2016 New England Newspaper Conference


 


Bulletin photos by Chinyen Chang

‘We identify an advertiser that could be interested, then we develop a show based on that advertiser and pitch it. If they approve it, we move forward. It’s very important to be driving revenue while we’re producing this content.’

-- Vince Johnson,
Publisher,
Forsyth County News,
Cumming, Ga.

Johnson: Video, social media
transform community news

Continued from Home Page

“We identify an advertiser that could be interested, then we develop a show based on that advertiser and pitch it,” he said. “If they approve it, we move forward. It’s very important to be driving revenue while we’re producing this content.”

The partnerships have allowed the Forsyth County News to create several popular online video shows, including a high school football training camp series inspired by HBO’s “Hard Knocks” and one that spotlights the paper’s top three stories for the week.

One of the first video shows the paper released was “Studio Forsyth,” a magazine-style news show with two segments.

“It’s a play for brand advertisers: your hospital, your chamber of commerce, your economic development board – people that really want to talk about the good news that’s happening in the community,” Johnson, whose background is in video production, said. “We don’t include things like crime.”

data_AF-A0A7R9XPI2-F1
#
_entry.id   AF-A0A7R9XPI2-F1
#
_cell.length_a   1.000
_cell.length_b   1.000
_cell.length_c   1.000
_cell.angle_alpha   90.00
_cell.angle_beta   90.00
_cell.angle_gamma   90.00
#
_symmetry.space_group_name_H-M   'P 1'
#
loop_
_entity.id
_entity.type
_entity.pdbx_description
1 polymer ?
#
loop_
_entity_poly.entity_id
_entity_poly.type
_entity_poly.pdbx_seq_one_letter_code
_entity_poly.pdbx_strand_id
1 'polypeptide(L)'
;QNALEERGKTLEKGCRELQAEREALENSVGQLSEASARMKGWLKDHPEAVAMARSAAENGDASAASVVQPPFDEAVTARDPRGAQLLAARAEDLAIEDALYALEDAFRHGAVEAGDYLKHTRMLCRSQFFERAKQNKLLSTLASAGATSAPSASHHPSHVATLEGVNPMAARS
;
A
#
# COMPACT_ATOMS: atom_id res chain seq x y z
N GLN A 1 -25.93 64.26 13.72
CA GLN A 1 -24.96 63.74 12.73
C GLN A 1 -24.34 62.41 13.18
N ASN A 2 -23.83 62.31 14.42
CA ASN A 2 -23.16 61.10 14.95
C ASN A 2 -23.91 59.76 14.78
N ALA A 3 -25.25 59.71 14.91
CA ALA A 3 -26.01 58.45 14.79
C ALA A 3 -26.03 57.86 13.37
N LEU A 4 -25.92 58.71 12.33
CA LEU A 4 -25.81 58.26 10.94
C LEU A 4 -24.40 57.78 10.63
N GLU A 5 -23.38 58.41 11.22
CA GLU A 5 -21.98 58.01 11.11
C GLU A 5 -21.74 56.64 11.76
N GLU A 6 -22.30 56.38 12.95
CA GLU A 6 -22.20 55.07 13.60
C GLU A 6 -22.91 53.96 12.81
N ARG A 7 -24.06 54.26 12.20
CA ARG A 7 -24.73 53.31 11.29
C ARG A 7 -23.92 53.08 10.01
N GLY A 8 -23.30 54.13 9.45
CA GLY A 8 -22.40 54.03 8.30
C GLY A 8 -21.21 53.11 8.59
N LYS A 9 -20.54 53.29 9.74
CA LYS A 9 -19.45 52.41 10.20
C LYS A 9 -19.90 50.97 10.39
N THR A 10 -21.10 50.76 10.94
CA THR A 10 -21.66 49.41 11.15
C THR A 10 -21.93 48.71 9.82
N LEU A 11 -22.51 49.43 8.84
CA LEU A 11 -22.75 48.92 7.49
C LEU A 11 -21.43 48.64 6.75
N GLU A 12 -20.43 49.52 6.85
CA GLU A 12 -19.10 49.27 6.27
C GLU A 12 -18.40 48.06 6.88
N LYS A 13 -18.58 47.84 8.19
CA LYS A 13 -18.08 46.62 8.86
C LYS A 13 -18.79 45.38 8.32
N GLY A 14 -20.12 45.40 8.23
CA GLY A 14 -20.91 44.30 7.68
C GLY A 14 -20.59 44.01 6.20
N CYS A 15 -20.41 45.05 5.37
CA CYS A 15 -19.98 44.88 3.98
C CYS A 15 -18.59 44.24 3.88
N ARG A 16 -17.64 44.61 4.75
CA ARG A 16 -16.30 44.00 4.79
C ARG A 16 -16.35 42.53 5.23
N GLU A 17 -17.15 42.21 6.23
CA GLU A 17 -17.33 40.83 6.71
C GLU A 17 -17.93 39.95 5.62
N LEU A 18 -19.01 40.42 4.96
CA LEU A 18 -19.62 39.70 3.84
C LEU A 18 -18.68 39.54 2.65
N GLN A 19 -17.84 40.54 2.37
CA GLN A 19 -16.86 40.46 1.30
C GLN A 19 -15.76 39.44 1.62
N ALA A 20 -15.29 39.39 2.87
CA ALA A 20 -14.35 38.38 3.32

Other interesting advertising strategies that Johnson initiated include “Own the Day,” a program where advertisers pay for a full-page print ad, select space on the paper’s website all day, and a spot in its top stories email.

“You are the top advertiser for that day,” he said.

Another factor in the paper’s recent success has been its more frequent use of social media, Johnson said. When he arrived in 2014, he quickly did away with one of the paper’s more antiquated social media rules.

“There was a rule at the Forsyth County News: Only one social media post per day – and it was always at 6 a.m.,” he said. “We immediately changed that and helped grow our audience.”

And he allows anyone on the newspaper’s staff to post on its Facebook page.

“I don’t think that it’s a problem. We have rules about how to post,” he said. “It’s about letting everyone pitch in and help with the social media platforms.”

The staff posts on Facebook about six to eight times a day, and the page has grown from about 1,000 followers when Johnson arrived to having more than 16,000 “likes” today, he said.


Members of the audience at Vince Johnson’s speech.


POSTED 10/27/16


 



© Copyright 1998-2016 New England Newspaper and Press Association. All rights reserved.